If you have a penchant for beautiful and romantic scenery coupled with afternoon tea, then spending a day at the award-winning Miserden Gardens near Stroud in Gloucestershire, overlooking the famed hills belonging to the Cotswolds Area of Outstanding Natural Beauty, is a hidden gem to delight any garden lover. Located within the supremely well maintained Miserden Estate which has been privately owned by the Wills family for over one hundred years, afternoon tea here is a seasonal treat well worth going out of your way for.
The backdrop of the utterly tranquil Arts and Crafts garden with its parterre, fountain and Golden Valley view is the magnificent Jacobean manor house ‘Miserden Park’ built in the 1620s by the Sandys family – you can even seek out the ancient mulberry tree which is believed to have been planted when the house was first built. The property was later added to by the renowned architect Sir Edwin Lutyens who was commissioned by the Wills family to design a new east wing, while Lutyens also contributed an arched loggia, framed with Wisteria and Magnolia trees, not to mention a striking topiary Yew Walk, all of which makes Miserden Gardens, with its compartmental ‘garden room’ layout a constant surprise and delight reminiscent of Frances Hodgson Burnett’s Secret Garden in which she observed, “If you look the right way, you can see that the whole world is a garden.”
I particularly love the grass-covered Cotswold stone steps, laid out in an arc, reminiscent of a Roman amphitheatre, where you can stand and admire the spectacular valley of the deer park. A previous winner of the coveted Historic Houses Garden of the Year, the impressive 90 metre long herbaceous borders, clematis and climbing roses are perfectly complemented by the architectural details cleverly dotted throughout the garden to ensure points of interest at every turn, with urns and a sundial to a Lutyens bench. Nor are the current owners afraid of new additions to the garden – you’ll find modern sculpture and an Arts and Crafts style summer house, constructed from reclaimed timber and stone from the estate, added to mark the Millenium.
The Glasshouse Café, situated within one of the original Edwardian glasshouses is a lovely spot for informal lunches and refreshments, the new Miserden Walled Garden Afternoon Tea experience is located within your own private area of the 17th century Walled Garden and offers a unique way to immerse yourself in these surroundings. There is also the option to enjoy a Miserden Woodland Tea served in your own private corner of the wood. A ‘Great Wood’ was recorded as dominating the landscape here since 1086 so it’s an ideal spot for forest-bathing in history.
We arrived in our reserved area of the Walled Garden to find comfortable seating beneath a parasol, placed before a charming hand=carved three-tier log table laid out with vintage china. Positively overflowing with a selection of finger sandwiches and savouries including sausage rolls and mini pork pies, along with an abundance of sweet delights including strawberry-stopped Victoria sandwiches, lemon meringue cheesecakes with swiss meringue and a buttery biscuit base, chocolate mousse pots, mini French macarons in myriad flavours, and of course freshly baked fruit and plain scones with clotted cream and jam. Meanwhile, our very own waitress ensured that we remained topped up with tea throughout. It remains to be seen whether anyone has ever finished this impressively generous afternoon tea, but if you stand half a chance of seeing the garden do so before you settle down for tea!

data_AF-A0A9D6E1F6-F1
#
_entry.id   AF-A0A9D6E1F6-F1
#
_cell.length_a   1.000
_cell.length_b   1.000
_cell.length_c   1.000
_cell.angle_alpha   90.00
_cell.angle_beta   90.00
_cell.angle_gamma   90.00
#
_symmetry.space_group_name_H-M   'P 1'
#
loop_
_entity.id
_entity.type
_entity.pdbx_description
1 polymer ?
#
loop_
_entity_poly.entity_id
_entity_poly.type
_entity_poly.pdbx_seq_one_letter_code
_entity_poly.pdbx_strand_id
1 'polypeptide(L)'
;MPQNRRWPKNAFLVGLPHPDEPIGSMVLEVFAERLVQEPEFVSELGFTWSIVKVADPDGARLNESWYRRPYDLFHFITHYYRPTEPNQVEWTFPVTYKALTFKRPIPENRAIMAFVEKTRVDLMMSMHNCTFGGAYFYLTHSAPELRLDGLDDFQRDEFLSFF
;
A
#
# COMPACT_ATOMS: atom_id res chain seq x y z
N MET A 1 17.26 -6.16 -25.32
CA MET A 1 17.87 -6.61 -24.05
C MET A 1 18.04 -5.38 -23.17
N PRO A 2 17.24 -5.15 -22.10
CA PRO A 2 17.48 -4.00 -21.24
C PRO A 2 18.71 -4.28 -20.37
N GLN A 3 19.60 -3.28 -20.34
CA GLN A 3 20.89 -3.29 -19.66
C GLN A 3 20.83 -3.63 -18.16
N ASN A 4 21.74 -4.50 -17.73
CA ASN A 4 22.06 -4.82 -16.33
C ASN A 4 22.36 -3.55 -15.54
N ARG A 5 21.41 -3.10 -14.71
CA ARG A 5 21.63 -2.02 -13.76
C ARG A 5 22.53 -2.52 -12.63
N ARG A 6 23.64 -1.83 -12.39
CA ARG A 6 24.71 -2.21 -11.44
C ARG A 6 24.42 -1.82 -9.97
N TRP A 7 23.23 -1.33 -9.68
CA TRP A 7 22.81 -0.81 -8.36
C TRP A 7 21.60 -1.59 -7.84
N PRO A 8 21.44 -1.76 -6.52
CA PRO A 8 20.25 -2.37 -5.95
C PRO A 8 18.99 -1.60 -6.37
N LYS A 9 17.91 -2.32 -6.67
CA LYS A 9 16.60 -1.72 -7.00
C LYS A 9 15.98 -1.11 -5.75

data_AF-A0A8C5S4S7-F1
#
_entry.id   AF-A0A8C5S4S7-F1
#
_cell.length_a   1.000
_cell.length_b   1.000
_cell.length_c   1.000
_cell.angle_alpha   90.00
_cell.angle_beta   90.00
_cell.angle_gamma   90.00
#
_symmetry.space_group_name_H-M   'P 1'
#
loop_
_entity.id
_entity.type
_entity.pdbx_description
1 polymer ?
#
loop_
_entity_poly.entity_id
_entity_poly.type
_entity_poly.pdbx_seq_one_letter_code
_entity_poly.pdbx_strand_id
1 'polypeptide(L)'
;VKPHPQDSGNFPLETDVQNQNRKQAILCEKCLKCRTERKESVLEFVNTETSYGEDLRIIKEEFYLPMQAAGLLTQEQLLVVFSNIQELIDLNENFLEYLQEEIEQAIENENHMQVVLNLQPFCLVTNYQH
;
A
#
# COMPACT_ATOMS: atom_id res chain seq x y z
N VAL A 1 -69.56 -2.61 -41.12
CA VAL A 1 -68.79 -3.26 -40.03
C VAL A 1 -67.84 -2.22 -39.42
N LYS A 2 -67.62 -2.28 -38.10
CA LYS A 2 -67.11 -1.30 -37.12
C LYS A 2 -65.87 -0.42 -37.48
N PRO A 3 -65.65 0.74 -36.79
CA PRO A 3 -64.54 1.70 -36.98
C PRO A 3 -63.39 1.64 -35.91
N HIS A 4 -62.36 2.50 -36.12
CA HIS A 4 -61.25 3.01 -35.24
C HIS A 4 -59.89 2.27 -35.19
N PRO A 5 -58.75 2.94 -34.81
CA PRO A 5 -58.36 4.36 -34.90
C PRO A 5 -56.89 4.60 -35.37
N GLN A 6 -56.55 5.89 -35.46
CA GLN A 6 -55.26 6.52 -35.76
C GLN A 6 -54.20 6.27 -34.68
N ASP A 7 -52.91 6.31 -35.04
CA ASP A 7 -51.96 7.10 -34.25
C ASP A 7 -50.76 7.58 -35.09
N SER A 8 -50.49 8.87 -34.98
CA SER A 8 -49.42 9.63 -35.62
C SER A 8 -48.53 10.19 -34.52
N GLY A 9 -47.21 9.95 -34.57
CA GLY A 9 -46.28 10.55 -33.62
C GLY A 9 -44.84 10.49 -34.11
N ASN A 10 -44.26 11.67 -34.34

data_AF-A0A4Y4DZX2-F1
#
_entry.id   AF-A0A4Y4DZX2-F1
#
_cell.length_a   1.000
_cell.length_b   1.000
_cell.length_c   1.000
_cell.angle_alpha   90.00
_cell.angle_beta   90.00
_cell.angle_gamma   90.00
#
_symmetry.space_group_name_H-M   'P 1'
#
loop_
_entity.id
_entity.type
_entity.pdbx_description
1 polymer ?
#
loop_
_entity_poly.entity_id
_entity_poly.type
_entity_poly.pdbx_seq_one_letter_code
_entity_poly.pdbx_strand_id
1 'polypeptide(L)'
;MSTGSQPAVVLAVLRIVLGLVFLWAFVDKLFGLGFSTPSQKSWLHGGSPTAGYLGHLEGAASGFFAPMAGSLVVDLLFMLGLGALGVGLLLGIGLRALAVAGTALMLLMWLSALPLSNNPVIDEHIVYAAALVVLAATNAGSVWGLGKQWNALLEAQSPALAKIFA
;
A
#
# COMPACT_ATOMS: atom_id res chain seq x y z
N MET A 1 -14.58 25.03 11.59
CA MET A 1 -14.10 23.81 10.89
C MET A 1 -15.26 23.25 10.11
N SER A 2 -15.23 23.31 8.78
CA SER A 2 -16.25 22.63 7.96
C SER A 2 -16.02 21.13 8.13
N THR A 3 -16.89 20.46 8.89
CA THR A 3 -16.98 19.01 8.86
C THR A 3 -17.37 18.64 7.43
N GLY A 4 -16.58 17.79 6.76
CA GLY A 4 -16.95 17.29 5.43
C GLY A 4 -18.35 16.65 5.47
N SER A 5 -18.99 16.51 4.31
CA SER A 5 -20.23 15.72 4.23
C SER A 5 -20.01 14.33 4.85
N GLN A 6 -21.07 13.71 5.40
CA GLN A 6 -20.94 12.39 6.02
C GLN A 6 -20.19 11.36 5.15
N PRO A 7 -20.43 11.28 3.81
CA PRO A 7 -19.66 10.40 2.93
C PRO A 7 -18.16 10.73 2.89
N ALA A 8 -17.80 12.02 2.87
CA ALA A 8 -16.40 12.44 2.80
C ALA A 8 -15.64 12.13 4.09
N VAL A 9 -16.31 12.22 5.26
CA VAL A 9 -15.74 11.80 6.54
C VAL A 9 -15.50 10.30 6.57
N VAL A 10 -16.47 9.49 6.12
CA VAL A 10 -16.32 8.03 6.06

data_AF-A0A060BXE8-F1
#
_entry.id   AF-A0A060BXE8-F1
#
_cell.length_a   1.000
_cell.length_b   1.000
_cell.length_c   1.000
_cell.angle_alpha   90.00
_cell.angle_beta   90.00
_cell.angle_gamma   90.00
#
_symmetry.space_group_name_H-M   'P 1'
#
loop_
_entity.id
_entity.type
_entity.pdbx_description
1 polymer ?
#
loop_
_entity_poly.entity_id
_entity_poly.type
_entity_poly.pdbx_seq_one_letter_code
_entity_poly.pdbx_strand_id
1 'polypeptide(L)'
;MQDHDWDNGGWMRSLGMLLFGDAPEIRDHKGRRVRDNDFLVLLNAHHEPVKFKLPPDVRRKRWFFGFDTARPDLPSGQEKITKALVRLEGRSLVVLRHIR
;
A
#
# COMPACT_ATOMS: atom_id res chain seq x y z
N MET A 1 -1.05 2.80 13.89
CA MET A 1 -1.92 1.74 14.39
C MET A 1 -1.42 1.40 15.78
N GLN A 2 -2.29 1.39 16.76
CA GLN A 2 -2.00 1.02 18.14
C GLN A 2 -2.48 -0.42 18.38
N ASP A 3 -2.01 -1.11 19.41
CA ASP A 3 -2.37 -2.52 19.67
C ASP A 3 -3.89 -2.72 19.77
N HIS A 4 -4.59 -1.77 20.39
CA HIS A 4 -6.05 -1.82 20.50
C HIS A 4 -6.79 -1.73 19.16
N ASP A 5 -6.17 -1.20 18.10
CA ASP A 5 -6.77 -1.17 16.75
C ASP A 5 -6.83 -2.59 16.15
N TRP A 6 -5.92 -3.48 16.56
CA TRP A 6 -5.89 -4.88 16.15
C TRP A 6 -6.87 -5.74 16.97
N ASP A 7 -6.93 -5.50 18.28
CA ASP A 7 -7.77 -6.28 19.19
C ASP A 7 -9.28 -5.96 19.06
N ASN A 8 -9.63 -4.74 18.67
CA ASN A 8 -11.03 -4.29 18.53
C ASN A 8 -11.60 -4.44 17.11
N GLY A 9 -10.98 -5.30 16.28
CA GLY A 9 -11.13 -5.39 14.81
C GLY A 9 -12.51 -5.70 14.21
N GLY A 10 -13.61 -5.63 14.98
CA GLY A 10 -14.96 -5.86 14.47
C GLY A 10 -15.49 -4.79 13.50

Another reason to visit Miserden Gardens is their varied programme of workshops taking place throughout the year in the recently refurbished Peach House where local artisans will impart a range of traditional skills such as wood carving and jewellery-making to floristry and Christmas wreath-making. The workshops are not only a therapeutic way to spend a day in the countryside, they pay homage to Miserden Estate’s long arts and crafts past – carpenters, blacksmiths and stone masons having all worked and lived in the estate since the 1600s.
If time allows, it’s well worth taking a stroll around the idyllic village belonging to the estate, featuring traditional limestone cottages and a school, village shop, pub called ‘The Carpenter’s Arms’, village hall and historic church where this close-knit community of just over one-hundred people come together. It’s impossible not to be struck by the rural, unspoilt charm of this village that is like something straight out of Cider with Rosie (in fact this area is close to where Laurie Lee grew up), and life doesn’t appear to have altered very much over the course of the past century which is probably a good thing. Those wishing to have a real taste of what it’s like to reside in a secluded Cotswold hamlet can stay at Miserden’s Airbnb flat, part of a Grade II listed building.
Despite it being a bank holiday weekend when we visited I was amazed at how few people we came across. Compared to spending a day at a National Trust property Miserden feels very much off the beaten track and before we left we were already making plans to bring our small dog on our next visit. Although dogs are not permitted in the garden, they are welcome in the Glasshouse Café and Potting Shed, a shop and visitor centre where the staff will happily provide you with maps of several dog-friendly walks encompassing Miserden’s woodland and valleys, along with a picturesque lake in the heart of the estate. However you choose to spend your time on the Miserden Estate, whether for a workshop, afternoon tea or lakeside dog walk, it’s bound to be well spent.
The Miserden Walled Garden Afternoon Tea (£55 per person) is available on selected dates, booking essential. The garden, nursery and café are open Tuesday – Sunday and Bank Holidays 10-5pm. For more info and afternoon tea bookings, visit the website.
Photography (c) Soho Photographic